History of the Barr Smith Library
The Barr Smith Library owes its name to the Barr Smith family, a pioneer family in South Australia and benefactors to The University of Adelaide over many decades. Robert Barr Smith graduated from Glasgow University in 1842 at the age of 18, and embarked on a business career as a commission and supply merchant to the colonies of Australia. In 1854 he moved to Melbourne, and two years later to Adelaide, just twenty years after the proclamation of the Colony of South Australia. In that same year, 1856, Robert married Joanna Lang Elder, sister of his business partner, Thomas Elder. Through the family company Elder Smith & Co., Robert's interests quickly grew and diversified to include farming, pastoralism, trading and copper mining. The company opened large areas of outback South Australia, and had property interests in South Australia, Queensland, Victoria and New South Wales. By 1890 the partners owned an area greater than Robert's country of origin, Scotland.
Although the Barr Smiths and the Elders accumulated great wealth, they were also noted philanthropists, closely interested in the social and cultural development of the Colony. The University of Adelaide was founded in 1874, and Robert Barr Smith served as a member of its Council for 19 years. During his lifetime his donations to the University exceeded £20,000, including £9,000 for the improvement of the Library. In 1899 the University Council resolved that its library should bear the name "The Barr Smith Library".
Following the death of Robert Barr Smith in November 1915, his family gave a permanent endowment to the University of Adelaide Library.
In January 1927 Tom Elder Barr Smith generously offered £20,000 to finance the construction of a separate building to accommodate the library named after his father. Later the gift was increased to £30,000 to erect a building which would comfortably and splendidly accommodate the Library, and allow for future growth; a condition was that it should be completed within five years.
The Library is the architectural work of Walter Hervey Bagot, a prominent architect whose portfolio includes St Peter's and St Francis Xavier's Cathedrals, Bonython Hall and the State War Memorial. Constructed of red brick with stone dressings, the Library's freestone portico leads directly into the massive and opulent reading room.
A great deal of thought went into the planning of the building, and the architect, Walter H. Bagot, took advice from overseas authorities as well as those in the eastern Australian cities. The building combined a reading room which contained books thought to be sufficient for the needs of most readers, plus a closed-access stack to conserve space. The new building could hold a total of 150,000 volumes, with accommodation for two hundred readers and 15,000 books in the reading room. There was also a comfortable common-room for professors.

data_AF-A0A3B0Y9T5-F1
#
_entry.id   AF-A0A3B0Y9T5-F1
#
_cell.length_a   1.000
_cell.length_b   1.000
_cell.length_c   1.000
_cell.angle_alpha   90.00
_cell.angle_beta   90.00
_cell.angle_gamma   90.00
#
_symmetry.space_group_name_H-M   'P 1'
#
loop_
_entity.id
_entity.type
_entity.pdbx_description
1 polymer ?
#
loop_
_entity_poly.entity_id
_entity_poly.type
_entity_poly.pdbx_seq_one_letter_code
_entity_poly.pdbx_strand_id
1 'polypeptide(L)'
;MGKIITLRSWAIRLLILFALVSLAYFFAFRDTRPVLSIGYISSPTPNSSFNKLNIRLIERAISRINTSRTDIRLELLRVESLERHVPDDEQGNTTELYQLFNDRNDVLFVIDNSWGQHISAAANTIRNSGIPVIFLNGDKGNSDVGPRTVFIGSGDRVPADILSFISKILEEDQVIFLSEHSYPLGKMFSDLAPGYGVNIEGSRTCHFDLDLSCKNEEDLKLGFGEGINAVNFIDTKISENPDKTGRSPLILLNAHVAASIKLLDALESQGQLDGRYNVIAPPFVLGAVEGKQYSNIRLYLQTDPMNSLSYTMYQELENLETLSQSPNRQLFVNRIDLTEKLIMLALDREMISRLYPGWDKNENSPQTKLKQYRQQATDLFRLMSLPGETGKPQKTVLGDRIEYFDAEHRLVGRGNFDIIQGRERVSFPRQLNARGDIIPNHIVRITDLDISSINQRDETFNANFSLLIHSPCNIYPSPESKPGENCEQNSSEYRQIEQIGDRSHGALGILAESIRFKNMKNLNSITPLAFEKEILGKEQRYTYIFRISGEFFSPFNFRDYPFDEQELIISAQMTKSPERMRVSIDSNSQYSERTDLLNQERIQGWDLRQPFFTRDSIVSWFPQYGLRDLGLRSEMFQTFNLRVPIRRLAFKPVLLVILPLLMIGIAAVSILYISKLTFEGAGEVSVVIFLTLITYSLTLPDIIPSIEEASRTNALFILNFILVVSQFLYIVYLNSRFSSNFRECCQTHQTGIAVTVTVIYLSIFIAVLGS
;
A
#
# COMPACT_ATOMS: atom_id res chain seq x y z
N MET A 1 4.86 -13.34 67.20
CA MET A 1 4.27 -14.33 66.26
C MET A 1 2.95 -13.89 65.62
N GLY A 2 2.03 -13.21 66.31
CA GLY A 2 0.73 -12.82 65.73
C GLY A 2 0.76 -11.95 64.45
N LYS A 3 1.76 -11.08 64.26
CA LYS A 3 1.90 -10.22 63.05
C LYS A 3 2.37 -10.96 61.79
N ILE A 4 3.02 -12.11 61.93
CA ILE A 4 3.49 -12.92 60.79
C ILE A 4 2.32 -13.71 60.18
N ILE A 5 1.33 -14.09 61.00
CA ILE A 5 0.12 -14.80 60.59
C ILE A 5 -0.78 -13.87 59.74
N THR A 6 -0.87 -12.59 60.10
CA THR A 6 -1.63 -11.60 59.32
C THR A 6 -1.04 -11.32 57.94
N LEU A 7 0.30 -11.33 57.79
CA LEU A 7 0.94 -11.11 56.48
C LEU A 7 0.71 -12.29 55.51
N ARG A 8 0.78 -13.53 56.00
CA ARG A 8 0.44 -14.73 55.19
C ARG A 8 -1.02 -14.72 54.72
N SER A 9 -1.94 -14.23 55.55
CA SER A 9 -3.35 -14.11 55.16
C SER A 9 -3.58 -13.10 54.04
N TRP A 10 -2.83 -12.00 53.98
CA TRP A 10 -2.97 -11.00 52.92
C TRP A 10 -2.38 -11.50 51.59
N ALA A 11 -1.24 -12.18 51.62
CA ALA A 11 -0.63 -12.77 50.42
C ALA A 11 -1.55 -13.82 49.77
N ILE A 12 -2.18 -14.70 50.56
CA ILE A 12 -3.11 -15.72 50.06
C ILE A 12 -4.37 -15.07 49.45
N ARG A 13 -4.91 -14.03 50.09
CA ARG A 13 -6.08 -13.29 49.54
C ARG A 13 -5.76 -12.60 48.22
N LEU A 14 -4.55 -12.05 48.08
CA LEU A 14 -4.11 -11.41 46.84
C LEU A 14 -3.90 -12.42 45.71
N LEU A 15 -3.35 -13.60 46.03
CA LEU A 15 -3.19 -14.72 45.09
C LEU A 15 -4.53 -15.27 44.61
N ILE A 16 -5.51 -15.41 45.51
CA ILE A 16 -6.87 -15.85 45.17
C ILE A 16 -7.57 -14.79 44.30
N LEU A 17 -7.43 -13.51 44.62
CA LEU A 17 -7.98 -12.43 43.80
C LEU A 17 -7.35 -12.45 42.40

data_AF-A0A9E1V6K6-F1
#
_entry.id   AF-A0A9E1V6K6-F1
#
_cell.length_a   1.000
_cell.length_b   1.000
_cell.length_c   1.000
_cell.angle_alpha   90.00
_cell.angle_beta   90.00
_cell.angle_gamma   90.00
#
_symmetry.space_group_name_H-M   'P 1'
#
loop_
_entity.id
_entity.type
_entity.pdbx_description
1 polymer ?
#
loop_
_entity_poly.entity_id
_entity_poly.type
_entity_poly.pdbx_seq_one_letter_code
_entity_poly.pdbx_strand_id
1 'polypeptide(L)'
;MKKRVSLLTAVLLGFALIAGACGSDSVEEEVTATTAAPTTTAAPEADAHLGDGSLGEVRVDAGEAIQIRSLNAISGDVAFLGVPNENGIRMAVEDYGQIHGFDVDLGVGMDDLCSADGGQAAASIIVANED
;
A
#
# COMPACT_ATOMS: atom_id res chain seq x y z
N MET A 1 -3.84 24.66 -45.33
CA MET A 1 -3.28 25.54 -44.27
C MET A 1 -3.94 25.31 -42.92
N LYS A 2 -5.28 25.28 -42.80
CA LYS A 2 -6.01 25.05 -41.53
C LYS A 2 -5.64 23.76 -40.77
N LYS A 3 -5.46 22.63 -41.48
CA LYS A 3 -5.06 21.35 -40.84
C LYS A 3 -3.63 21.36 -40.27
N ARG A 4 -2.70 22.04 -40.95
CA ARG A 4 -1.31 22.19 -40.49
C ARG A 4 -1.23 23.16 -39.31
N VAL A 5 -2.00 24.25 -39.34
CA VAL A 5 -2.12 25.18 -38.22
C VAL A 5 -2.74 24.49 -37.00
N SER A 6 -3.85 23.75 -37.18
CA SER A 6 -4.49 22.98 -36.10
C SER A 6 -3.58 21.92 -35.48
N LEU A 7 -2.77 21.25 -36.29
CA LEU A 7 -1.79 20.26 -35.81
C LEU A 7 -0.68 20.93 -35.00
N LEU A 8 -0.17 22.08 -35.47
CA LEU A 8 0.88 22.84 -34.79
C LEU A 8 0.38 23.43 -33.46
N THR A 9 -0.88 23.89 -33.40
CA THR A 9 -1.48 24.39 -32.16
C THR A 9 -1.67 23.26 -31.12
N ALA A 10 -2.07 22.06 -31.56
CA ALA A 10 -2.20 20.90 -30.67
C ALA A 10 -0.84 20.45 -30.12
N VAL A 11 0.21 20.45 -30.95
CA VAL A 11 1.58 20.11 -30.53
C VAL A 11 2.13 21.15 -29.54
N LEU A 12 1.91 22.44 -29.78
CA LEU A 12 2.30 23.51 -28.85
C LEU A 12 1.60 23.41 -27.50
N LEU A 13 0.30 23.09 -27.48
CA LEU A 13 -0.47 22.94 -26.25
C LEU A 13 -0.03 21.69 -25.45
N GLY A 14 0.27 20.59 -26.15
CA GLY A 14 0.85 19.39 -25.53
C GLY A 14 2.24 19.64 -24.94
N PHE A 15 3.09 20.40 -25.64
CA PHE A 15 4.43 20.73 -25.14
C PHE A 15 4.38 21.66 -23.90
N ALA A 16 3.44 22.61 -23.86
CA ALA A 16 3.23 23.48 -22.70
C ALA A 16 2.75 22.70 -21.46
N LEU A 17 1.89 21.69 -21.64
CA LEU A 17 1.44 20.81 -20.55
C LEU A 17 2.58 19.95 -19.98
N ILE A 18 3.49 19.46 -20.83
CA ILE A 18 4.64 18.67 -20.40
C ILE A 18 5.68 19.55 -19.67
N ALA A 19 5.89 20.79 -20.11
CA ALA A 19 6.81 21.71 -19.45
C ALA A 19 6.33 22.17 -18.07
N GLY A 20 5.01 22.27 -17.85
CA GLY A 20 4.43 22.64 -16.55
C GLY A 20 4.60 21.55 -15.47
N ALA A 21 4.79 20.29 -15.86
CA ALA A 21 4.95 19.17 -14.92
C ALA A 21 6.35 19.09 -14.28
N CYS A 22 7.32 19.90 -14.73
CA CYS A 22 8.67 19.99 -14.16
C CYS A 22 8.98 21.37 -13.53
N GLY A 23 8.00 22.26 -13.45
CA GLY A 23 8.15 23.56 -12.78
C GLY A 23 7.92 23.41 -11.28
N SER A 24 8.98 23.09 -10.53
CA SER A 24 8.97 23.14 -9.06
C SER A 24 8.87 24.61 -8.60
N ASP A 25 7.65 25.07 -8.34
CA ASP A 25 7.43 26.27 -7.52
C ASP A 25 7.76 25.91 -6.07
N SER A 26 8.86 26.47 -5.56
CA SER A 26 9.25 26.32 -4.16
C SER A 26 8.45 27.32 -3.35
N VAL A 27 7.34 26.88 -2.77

The foundation stone of the present Barr Smith Library was laid by Mary Isobel Barr Smith on the 29th September 1930, and the new building was officially opened on the 4th March 1932. The building's classic Renaissance form was then thought to be highly adaptable, and also appropriate for Adelaide's Mediterranean climate. It was received not only as a fine addition to the University but also to Adelaide, and was described as palatial, beautiful, magnificent, imposing, ornate and splendid, although one contemporary newspaper article regretted that it was "far from the madding crowd... for its beautiful architecture, of which there is little superior in Adelaide, will not be readily seen by the general public or interstate or overseas visitors. It would have made a fine addition to the several classically designed buildings on the North Terrace boulevard."
In fact, the view to the Barr Smith Library from Frome Road is now one of Adelaide's finest vistas.
The Barr Smith Reading Room
The Reading Room was planned to hold 15,000 volumes and provide seating for 200 readers. A ground-level bookstack provided capacity for 135,000 volumes, and a proposed stack extension (eventually begun in 1958 to a new design) was projected to bring total accommodation to 500,000 volumes, quoted at the opening ceremony by the mathematician, Professor John Wilton as "ample for one hundred years to come." In fact, the Library grew much faster, both in area and in its collections. It took just 37 years to reach 500,000 volumes, a further twenty years to reach one million volumes, with two million volumes exceeded in 1999.
Later additions to the Library building were made in all decades from the 1950s; the large southern wing completed in the early 1970s and the present entrance in 1984.
The Latin Inscribed Frieze
The inscriptions which appear on the Reading Room walls commemorate two major donations:
ROBERT BARR SMITH DONIS PER SE ET HEREDES INDE AB A.D. MDCCCXCII IMPERTITIS BIBLIOTHECAM PRIOREM LIBRIS EXPLEVERAT
Robert Barr Smith filled the earlier library with books as gifts from himself and his heirs, A.D. 1892 onwards.
This refers to gifts of money made from time to time by Mr. Robert Barr Smith and supplemented by his heirs. The money forms an endowment for the purchase of books for the Library.
TOM ELDER BARR SMITH HANC BIBLIOTHECAM AD PATRIS NOMEN ORNANDVM SVMPTV SVO AEDIFICANDUM CVRAVIT A.D. MCMXXX
Tom Elder Barr Smith has this library built at his own expense in honour of his father's name, A.D. 1930.
This refers to the gift of this building by the late Thomas Elder Barr Smith.
The Reading Room Portraits
The four portraits which hang on the western wall of The Barr Smith Reading Room depict Thomas Elder Barr Smith, Lord Howard Walter Florey, Sir Douglas Mawson and Sir Marcus (Mark) Laurence Elwin Oliphant.